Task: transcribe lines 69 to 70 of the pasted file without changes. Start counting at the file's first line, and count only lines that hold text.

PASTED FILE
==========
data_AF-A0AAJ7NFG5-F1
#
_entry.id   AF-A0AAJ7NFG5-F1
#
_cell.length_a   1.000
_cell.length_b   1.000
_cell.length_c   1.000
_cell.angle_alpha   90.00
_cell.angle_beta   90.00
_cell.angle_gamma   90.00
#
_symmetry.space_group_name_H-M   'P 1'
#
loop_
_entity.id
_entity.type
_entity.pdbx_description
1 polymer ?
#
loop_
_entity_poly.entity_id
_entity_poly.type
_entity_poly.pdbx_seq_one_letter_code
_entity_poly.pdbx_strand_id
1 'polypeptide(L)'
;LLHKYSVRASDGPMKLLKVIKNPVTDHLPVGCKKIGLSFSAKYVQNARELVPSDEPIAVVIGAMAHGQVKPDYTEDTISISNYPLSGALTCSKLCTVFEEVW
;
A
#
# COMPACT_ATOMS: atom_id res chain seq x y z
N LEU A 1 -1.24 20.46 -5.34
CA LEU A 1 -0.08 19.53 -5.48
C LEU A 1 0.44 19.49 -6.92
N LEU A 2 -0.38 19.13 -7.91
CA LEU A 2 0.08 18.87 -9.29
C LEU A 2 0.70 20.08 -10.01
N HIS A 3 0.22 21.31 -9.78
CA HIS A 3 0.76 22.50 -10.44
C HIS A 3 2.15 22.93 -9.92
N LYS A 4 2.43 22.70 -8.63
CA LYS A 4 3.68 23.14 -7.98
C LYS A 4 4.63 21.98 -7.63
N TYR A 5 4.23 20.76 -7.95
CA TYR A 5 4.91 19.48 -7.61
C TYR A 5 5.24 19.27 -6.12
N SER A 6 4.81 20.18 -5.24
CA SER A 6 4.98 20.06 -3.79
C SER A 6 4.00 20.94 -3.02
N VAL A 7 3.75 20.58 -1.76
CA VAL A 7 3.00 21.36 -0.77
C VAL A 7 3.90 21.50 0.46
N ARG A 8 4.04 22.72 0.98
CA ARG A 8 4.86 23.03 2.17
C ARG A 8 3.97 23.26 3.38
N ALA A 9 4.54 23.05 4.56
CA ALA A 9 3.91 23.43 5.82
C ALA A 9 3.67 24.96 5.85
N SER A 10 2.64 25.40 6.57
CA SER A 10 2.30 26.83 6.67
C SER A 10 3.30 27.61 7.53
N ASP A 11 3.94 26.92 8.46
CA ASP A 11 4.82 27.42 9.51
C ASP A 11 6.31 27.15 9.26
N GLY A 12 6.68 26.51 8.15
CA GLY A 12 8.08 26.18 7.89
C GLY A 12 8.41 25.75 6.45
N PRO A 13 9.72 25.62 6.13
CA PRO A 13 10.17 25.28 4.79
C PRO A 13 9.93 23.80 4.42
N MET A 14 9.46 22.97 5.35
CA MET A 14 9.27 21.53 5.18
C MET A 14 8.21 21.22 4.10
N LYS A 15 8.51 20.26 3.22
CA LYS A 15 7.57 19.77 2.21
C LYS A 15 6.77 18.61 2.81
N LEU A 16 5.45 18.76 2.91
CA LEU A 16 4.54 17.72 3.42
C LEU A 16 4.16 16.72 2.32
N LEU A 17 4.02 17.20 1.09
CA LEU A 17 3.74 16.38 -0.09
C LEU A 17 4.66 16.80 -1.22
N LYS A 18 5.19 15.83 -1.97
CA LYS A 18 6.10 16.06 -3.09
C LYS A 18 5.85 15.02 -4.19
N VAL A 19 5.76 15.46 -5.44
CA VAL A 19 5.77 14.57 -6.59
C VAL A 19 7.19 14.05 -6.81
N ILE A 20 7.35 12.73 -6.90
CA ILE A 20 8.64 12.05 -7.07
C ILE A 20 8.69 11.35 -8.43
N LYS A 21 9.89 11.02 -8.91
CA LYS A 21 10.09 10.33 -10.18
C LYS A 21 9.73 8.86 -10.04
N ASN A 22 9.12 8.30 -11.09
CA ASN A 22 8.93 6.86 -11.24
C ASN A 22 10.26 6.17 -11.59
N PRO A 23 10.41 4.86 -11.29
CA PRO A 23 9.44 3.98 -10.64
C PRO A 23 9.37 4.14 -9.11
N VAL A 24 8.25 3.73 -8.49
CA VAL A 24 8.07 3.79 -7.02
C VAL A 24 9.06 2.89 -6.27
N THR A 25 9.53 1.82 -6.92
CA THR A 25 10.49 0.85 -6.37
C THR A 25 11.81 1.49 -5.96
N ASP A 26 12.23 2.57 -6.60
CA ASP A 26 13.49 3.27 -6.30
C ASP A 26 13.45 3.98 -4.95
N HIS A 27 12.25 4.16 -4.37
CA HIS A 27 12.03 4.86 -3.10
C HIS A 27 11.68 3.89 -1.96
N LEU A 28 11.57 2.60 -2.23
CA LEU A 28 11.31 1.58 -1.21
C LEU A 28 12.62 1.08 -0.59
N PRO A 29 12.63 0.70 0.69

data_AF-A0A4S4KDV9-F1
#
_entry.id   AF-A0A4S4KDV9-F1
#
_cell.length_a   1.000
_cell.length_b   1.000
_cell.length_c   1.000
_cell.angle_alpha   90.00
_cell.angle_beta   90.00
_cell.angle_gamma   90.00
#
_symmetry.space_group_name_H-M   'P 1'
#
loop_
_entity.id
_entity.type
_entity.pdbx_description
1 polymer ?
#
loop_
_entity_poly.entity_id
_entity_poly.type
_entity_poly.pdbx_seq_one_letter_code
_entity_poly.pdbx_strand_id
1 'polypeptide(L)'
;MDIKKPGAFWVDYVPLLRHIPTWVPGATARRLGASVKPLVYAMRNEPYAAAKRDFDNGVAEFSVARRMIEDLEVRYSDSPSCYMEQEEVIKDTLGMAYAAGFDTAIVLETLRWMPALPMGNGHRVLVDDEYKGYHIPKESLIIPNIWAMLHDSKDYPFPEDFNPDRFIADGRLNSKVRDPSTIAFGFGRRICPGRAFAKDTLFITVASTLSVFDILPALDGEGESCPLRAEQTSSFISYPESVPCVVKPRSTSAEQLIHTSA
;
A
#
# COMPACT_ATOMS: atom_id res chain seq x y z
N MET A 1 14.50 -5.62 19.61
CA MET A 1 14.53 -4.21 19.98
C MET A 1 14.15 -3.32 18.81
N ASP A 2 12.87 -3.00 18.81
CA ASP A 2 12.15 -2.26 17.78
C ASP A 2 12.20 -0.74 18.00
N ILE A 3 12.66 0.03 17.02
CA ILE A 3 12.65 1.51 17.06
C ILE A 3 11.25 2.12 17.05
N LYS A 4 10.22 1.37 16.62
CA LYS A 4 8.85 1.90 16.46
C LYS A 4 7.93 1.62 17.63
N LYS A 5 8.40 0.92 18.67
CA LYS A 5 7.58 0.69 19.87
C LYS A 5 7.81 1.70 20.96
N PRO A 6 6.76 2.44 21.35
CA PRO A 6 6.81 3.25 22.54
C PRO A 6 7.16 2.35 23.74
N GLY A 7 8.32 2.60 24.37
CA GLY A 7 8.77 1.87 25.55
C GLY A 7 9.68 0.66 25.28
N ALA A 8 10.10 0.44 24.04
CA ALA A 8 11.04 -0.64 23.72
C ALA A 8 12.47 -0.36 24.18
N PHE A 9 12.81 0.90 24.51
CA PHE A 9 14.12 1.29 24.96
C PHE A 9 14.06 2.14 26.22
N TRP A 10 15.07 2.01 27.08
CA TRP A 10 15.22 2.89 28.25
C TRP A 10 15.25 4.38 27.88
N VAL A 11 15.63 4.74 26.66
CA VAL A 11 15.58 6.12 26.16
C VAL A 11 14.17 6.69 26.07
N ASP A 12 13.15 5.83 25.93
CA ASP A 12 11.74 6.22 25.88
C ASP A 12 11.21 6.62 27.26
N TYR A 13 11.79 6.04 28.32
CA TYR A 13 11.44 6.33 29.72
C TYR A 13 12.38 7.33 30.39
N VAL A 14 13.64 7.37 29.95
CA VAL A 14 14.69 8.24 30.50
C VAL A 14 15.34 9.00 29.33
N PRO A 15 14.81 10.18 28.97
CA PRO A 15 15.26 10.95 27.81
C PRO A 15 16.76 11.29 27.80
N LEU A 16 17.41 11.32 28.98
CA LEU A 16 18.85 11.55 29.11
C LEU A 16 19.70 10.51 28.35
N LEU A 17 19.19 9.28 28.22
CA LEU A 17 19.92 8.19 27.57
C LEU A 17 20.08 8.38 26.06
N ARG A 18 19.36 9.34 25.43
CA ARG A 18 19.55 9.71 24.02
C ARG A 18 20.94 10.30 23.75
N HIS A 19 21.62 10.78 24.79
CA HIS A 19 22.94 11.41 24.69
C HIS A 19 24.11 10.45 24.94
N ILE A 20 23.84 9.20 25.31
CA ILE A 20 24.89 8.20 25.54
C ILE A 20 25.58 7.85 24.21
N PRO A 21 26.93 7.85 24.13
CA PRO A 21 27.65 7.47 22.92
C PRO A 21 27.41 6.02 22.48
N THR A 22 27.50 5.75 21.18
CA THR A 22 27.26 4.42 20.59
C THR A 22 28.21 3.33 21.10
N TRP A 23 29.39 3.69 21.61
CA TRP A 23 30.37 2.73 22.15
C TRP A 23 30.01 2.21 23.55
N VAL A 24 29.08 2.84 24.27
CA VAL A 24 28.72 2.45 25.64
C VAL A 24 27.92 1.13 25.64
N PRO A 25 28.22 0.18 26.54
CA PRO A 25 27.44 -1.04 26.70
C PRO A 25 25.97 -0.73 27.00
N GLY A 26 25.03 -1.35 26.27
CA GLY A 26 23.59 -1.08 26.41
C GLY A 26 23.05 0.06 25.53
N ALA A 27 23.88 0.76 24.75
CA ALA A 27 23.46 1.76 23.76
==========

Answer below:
C PRO A 13 9.93 23.80 4.42
N MET A 14 9.46 22.97 5.35